recycling has become much easier now as we have very large bins for a) garden products and b) all paper,cardboard, plastc bottles(even shampoo ones),cans etc. These are collected on alternate weeks and we now only dispose of a tiny amount of rubbish each week.
    For the future I believe we all have to do our bit and we can influence other people close to us who in turn will take the message even further. Blogs like this help to spread the word.Good luck Mary

  9. says:

    your posts make me feel all bright and happy! i think i said it before, but it’s so nice to be reminded that you’re not the only ones living life in a certain way!! i hate supermarkets! i go about 5 times a year in cases of total necessity, and even then go in needing one thing, go straight for it, and come out with just that one thing and nothing else. we find that we hardly ever shop, and when we do we don’t buy lots, but we always have what we need and we don’t waste. make our own bread, cakes, biscuits, jams, cordials, grow our own veg, get eggs from our friends’ hens, buy most other stuff (flour, rice, pasta, olive oil, cleaning products etc. as organic and green products from the italian equivalent of something similar to an ‘organic, local, small-scale buying cooperative’ (not good at putting that into words i’m afraid). swap unwanted clothes and objects with friends rather than throwing them out. re-use and recycle when possible, save abandoned furniture to make nice and ‘new’ from things found thrown out… refuse to watch tv and so don’t get sucked in by the adverts either. and have been experimenting life without a fridge since january, so far we’re surviving! it may sound extreme to read, but it really isn’t, it easy and good fun, in reality we’re not extreme people, just simple ones who don’t like excesses, and like to think about the rest of the world too. sorry for the ramble, your excellent post got me all inspired!!! have a good day, and have fun :)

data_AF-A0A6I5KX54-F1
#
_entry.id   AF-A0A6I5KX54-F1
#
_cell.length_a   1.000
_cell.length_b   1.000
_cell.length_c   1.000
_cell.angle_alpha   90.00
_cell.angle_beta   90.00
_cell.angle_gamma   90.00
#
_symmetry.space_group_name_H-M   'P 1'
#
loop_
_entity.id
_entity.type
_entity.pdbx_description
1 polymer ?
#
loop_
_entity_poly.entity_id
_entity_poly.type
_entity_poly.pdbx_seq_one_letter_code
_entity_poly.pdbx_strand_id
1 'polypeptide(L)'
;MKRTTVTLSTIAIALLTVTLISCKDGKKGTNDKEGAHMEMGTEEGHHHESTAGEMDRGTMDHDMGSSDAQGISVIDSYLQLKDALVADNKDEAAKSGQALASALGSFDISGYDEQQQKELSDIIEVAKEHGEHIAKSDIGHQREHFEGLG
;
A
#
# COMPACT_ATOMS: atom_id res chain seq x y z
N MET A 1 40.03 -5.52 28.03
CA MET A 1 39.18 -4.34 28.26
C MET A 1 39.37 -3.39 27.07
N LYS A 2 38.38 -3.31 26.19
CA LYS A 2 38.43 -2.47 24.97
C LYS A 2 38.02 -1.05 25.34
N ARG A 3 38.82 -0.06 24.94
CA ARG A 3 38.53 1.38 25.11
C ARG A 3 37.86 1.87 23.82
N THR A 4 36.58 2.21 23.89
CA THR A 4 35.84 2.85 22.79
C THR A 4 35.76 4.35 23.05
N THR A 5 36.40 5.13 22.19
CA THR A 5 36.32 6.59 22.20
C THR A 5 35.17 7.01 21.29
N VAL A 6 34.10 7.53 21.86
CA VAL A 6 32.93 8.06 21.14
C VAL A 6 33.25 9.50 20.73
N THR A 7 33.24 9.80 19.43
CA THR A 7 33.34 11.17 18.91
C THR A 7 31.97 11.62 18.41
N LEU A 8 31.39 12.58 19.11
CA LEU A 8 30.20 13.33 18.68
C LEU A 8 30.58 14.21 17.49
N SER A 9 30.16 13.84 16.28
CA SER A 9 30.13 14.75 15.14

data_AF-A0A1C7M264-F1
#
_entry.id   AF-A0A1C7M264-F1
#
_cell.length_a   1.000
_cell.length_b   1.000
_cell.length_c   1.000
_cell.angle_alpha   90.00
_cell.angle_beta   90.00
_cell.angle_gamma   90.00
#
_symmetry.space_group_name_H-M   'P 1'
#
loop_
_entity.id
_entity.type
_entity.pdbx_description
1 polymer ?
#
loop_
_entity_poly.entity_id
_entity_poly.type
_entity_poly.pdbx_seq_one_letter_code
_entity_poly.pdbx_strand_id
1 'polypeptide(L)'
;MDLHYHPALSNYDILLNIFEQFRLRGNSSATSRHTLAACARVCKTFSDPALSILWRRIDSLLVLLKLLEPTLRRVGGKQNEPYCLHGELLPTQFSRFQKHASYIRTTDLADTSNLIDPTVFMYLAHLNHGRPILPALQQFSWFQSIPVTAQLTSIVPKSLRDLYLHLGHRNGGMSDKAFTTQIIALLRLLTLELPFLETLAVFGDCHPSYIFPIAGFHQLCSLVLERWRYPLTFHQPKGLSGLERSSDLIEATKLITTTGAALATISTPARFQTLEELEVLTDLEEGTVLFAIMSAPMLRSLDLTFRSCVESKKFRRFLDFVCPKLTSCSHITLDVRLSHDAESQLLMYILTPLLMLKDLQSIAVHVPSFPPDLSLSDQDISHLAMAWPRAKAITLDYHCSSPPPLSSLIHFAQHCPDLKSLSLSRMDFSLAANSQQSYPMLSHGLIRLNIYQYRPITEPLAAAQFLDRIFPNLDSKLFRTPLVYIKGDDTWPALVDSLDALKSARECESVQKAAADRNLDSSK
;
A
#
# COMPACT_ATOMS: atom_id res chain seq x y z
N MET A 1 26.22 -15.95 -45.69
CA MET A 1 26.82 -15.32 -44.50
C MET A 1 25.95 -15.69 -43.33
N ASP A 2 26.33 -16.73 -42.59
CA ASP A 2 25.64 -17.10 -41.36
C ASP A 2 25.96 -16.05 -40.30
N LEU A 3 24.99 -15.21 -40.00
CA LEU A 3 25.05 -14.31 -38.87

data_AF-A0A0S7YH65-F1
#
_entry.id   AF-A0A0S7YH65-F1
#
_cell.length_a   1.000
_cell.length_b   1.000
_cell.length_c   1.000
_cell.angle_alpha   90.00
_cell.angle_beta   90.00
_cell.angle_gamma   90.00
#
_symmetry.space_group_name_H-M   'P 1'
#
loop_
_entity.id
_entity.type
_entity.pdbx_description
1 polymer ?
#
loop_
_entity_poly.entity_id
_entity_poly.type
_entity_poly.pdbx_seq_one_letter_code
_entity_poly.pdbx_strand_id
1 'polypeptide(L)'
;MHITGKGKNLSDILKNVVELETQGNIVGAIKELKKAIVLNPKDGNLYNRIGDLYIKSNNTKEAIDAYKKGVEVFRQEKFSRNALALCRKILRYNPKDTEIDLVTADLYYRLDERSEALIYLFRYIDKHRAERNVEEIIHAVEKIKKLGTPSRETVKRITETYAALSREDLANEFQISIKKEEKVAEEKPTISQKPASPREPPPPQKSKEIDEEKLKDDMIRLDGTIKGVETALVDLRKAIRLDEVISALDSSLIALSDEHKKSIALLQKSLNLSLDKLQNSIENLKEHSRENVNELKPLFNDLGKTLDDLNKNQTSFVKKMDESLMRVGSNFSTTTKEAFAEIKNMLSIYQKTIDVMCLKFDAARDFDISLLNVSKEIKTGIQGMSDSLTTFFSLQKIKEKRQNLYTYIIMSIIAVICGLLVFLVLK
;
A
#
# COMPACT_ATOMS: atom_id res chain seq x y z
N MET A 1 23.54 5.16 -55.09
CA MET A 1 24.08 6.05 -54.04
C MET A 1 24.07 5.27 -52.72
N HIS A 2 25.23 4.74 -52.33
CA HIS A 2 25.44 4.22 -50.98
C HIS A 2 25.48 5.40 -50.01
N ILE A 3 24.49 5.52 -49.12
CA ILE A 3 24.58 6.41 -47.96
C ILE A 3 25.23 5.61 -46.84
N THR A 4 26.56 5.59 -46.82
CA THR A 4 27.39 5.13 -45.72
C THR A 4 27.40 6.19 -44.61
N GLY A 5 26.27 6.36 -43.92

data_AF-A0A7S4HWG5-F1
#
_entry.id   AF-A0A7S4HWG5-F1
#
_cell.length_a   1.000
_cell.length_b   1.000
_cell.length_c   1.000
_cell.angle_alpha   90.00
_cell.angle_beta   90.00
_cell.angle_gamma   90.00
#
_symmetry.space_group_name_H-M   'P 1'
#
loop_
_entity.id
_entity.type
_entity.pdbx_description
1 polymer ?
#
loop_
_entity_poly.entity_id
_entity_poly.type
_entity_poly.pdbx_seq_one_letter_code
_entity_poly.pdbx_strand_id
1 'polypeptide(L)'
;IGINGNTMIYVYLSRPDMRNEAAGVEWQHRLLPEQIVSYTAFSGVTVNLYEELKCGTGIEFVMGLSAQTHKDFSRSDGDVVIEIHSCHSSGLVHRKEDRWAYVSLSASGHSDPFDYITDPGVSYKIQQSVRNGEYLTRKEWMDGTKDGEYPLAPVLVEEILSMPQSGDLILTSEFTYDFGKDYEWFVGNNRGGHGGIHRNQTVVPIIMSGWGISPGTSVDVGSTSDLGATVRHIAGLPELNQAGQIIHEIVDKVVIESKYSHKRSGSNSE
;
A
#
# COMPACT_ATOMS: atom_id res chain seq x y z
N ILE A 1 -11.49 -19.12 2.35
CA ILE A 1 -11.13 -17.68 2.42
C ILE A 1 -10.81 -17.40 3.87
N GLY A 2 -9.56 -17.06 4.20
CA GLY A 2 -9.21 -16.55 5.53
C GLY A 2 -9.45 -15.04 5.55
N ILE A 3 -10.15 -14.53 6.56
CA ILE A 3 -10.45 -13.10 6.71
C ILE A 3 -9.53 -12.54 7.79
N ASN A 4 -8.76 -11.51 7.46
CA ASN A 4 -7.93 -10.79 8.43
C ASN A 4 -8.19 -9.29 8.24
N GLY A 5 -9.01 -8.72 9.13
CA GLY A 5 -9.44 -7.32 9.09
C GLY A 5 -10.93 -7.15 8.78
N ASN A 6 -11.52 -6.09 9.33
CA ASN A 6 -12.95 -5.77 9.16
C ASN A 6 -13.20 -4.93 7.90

10. mimi says:

    What a marvellous post, and echos just what we have been thinking about a lot recently.